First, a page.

But the other wolf, ah! He is full of anger. The littlest thing will set him into a fit of temper. He fights everyone, all the time, for no reason. He cannot think because his anger and hate are so great. It is helpless anger,for his anger will change nothing.

Sometimes, it is hard to live with these two wolves inside me,  for both of them try to dominate my spirit.”

The boy looked intently into his Grandfather’s eyes and asked, “Which one wins, Grandfather?”

The Grandfather smiled and quietly said, “The one I feed.”


Jun 5 2011

#36 Contents: One (1) Wolf

From a stranger in Roanoke, Virginia

I am delighted to share with you one of the most clever pieces of artwork that I have received. This artist has taken the idea of mailing a wolf one step further and has actually drawn a picture of a wolf  mysteriously placed inside a package; this displays an inventive mind and a unique intellect that I think should be applauded. As I studied this picture more and more, I began to ponder the idea of the containment of the noble savage and the impact that it can have on both man and beast. As a result, I am trying something new with this post and am sharing with you a piece of short fiction. I don’t claim it to be great, but it will certainly be different, and I hope that it is well-received.

Note: this piece of fiction was inspired by concepts brought to mind by this picture but is not necessarily “about” this picture.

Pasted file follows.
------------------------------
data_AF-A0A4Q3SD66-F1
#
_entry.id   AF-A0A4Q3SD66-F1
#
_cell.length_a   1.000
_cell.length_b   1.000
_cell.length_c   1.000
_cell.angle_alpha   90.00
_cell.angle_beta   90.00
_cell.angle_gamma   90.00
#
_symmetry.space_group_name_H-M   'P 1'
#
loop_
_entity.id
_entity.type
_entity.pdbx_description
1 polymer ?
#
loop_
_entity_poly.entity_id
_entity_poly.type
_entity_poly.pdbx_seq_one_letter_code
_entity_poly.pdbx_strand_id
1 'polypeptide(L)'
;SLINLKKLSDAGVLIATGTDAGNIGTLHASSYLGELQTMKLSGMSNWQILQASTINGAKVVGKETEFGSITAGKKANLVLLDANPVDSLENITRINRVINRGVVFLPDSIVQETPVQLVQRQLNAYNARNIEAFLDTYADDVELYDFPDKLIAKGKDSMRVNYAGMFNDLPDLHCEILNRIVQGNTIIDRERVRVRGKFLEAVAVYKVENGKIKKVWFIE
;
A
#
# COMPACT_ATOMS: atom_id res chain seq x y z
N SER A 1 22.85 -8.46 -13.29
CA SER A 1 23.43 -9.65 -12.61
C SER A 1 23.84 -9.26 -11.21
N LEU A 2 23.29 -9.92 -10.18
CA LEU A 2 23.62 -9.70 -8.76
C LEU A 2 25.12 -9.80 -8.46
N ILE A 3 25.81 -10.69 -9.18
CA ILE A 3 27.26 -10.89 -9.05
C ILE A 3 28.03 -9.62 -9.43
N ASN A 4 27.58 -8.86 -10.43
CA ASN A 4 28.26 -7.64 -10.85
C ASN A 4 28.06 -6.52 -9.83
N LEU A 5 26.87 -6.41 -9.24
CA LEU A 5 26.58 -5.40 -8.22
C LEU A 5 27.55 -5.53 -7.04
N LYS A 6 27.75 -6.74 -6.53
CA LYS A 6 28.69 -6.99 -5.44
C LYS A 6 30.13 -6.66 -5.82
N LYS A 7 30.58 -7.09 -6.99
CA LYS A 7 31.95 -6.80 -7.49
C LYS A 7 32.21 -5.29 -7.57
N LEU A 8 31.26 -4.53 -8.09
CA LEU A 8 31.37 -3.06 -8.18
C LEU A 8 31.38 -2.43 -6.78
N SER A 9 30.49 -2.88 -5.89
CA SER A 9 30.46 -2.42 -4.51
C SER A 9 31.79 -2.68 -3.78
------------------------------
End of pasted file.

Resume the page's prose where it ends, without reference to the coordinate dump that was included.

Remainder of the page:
The creature radiated energy of an otherworldly sort. Vibrations pulsated from its quivering body like the sonic boom of a jet engine unexpectedly soaring across a clear, springtime sky, over and over again.

Kneeling a short distance away, the man surveyed the drama warily, his eyes wide and breath shaky and visible in the cold.

As the struggle of life and death played out before him, his heart pounded in his chest like a prisoner rattling the bones of his ribcage, stirring his insides into an oily mess. He saw the spray of blood lying gently upon the delicate white surface of the snow outside of the wolf’s radius like a covering of dark red lace. The creature’s forepaw had been caught in the bear trap only hours before. While its resolve was iron, the frenzied eyes filled with rage spoke of a desperation that the man knew would win out in the end. Ultimately, when the wolf had gnawed through its own flesh, grinding the rubbery ligaments in its very jaws, it would be free. But it would die.